Abu Dhabi-backed group ends bid to take over Telegraph newspaper

The move comes after the UK said it would bring forward legislation to block such state-backed takeover deals in media.

RedBird IMI had announced in November that it would take control of the Telegraph Media Group [File: Luke MacGregor/Reuters]Published On 30 Apr 202430 Apr 2024

An Abu Dhabi-backed group planning to take over Britain’s Telegraph Media Group (TMG) has said it will withdraw after the UK government moved to block the deal.

RedBird IMI, a joint venture between US firm RedBird Capital and Abu Dhabi’s International Media Investments, struck a 1.2 billion-pound ($1.5bn) deal with TMG’s previous owners, the Barclay family, in November.

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The agreement, which has faced opposition over its potential impact on free speech given Abu Dhabi’s press freedom record, saw RedBird IMI pay off bank debts in exchange for control of the media group.

However, last month the United Kingdom’s government said it would bring forward legislation to block such state-backed takeover deals in the industry, while Culture Secretary Lucy Frazer also considered a full regulatory probe.

The regulatory hurdles appear to have prompted RedBird IMI to now abandon the endeavour to own and control TMG, which also includes The Spectator magazine.

“RedBird IMI has today confirmed that it intends to withdraw from its proposed acquisition of the Telegraph Media Group and proceed with a sale,” it said in a statement on Tuesday.

“We continue to believe this approach would have benefited the Telegraph and Spectator’s readers, their journalists and the UK media landscape more widely.

“Regrettably, it is clear this approach is no longer feasible.”

RedBird IMI said it now plans to bring certainty to employees and readers of the publications by seeking new owners for the titles.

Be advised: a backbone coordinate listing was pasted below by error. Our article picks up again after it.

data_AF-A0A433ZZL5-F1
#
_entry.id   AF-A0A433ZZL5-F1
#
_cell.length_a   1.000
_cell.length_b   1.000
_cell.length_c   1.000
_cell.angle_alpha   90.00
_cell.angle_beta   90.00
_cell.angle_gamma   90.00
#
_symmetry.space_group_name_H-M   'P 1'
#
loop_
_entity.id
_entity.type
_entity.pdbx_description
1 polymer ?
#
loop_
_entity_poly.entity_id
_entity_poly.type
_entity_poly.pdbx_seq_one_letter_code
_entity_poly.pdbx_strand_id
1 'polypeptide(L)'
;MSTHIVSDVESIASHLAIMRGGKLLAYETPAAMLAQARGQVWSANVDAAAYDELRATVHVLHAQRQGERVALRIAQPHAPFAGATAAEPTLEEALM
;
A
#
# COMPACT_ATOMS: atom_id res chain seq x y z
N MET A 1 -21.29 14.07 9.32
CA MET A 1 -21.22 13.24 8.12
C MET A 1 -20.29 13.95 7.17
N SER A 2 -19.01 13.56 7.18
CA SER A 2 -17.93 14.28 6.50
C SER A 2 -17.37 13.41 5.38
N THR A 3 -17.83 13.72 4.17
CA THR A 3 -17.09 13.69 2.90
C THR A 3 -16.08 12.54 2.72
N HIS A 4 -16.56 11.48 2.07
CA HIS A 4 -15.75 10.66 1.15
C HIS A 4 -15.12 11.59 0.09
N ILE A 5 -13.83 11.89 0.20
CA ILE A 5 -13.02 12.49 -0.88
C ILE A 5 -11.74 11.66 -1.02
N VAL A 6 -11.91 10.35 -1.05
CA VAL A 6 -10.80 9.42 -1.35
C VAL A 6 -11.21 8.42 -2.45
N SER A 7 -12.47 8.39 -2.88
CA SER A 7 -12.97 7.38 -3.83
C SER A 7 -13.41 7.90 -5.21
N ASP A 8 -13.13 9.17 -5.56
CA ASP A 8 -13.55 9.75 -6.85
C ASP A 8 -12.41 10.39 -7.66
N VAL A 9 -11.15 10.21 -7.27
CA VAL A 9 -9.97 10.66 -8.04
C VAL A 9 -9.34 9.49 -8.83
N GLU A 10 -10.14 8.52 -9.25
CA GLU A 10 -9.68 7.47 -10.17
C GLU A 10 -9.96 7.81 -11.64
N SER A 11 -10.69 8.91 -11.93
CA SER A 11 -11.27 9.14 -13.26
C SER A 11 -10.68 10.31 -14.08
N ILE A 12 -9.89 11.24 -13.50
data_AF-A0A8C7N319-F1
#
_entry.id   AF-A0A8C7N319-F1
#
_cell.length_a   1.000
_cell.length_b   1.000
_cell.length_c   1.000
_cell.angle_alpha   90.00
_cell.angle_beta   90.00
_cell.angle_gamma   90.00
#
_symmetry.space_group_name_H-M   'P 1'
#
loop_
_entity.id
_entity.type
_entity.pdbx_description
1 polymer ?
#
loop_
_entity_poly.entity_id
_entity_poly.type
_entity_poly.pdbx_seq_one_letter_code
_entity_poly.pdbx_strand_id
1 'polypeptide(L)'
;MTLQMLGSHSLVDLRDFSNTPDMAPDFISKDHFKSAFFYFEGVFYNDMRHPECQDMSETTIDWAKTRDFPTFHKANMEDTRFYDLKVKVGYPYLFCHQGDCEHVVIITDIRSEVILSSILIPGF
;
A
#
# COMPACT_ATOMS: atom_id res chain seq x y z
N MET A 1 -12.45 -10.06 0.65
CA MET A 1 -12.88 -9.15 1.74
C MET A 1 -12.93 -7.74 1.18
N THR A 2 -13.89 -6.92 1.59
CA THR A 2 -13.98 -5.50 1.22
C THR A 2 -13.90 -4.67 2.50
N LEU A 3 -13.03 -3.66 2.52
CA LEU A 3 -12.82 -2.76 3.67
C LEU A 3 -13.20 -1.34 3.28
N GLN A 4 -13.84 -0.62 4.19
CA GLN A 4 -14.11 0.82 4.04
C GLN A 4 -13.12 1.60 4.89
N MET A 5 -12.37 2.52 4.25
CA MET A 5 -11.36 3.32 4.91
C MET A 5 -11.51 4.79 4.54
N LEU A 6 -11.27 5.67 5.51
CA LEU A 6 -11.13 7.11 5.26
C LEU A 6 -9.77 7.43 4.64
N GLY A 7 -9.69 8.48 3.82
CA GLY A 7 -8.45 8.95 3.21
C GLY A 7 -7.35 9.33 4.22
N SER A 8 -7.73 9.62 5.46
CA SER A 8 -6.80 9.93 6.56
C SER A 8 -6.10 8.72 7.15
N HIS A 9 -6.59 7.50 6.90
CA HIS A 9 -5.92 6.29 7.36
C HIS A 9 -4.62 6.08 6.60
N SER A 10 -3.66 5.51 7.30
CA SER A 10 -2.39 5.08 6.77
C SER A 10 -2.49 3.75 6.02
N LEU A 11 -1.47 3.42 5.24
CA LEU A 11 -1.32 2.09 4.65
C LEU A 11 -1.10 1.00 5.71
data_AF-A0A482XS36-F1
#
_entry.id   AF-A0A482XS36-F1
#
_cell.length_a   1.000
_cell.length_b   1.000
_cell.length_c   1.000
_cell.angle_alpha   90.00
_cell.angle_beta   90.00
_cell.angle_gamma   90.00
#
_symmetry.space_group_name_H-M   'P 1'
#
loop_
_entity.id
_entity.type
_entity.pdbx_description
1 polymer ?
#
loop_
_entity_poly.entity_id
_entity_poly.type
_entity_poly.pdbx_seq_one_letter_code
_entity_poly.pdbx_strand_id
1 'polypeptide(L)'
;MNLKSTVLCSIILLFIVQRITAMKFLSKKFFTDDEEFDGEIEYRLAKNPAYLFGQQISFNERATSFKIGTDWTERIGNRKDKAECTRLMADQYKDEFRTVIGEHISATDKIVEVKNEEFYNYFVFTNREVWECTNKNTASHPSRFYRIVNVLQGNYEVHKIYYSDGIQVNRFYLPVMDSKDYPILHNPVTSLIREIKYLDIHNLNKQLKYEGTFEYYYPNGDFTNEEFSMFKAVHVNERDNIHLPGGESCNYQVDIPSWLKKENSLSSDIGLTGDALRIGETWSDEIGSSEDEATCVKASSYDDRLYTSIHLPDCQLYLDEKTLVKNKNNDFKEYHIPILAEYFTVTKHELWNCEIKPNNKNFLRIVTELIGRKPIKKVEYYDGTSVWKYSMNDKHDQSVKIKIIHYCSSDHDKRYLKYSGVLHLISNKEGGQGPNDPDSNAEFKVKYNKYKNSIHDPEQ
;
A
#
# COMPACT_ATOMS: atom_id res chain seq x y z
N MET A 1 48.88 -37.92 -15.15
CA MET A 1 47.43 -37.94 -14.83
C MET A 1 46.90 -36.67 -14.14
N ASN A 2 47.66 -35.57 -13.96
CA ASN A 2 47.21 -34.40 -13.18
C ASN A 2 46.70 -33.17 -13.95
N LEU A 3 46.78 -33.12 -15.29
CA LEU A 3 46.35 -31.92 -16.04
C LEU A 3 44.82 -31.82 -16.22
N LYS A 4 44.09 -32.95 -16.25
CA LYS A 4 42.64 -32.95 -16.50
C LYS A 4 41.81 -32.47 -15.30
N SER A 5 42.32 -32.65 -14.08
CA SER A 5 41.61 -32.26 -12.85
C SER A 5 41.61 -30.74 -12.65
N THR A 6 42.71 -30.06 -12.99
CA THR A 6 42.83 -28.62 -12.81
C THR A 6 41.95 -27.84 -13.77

It said the titles “remain highly attractive” to potential suitors, with speculation they could be sold separately or as a package.

‘Cornerstone’

Frazer said she had acted to “ensure that media freedom was protected while there was an investigation into those concerns”.

“I will now allow the parties to conduct an orderly transition and I will monitor the outcome with a view to taking any further regulatory action as required,” she added.

“The free press is a cornerstone of our democracy, and we cannot take it for granted.”

Frazer noted the government would continue to intervene “where necessary to protect the integrity and independence of these publications, given the unique role they play in our democracy”.

RedBird IMI’s original ownership plans sparked an uproar in some British media circles, including among some lawmakers in the ruling Conservative Party.

It has long enjoyed a close ideological relationship with the right-leaning Telegraph titles.

The Spectator – once edited by former Tory prime minister and Brexit figurehead Boris Johnson – is widely considered the “Tory bible”.

Redbird IMI is majority-owned by Sheikh Mansour bin Zayed Al Nahyan, vice president of the United Arab Emirates and owner of Manchester City Football Club. It is run by former CNN president Jeff Zucker.

Source: News Agencies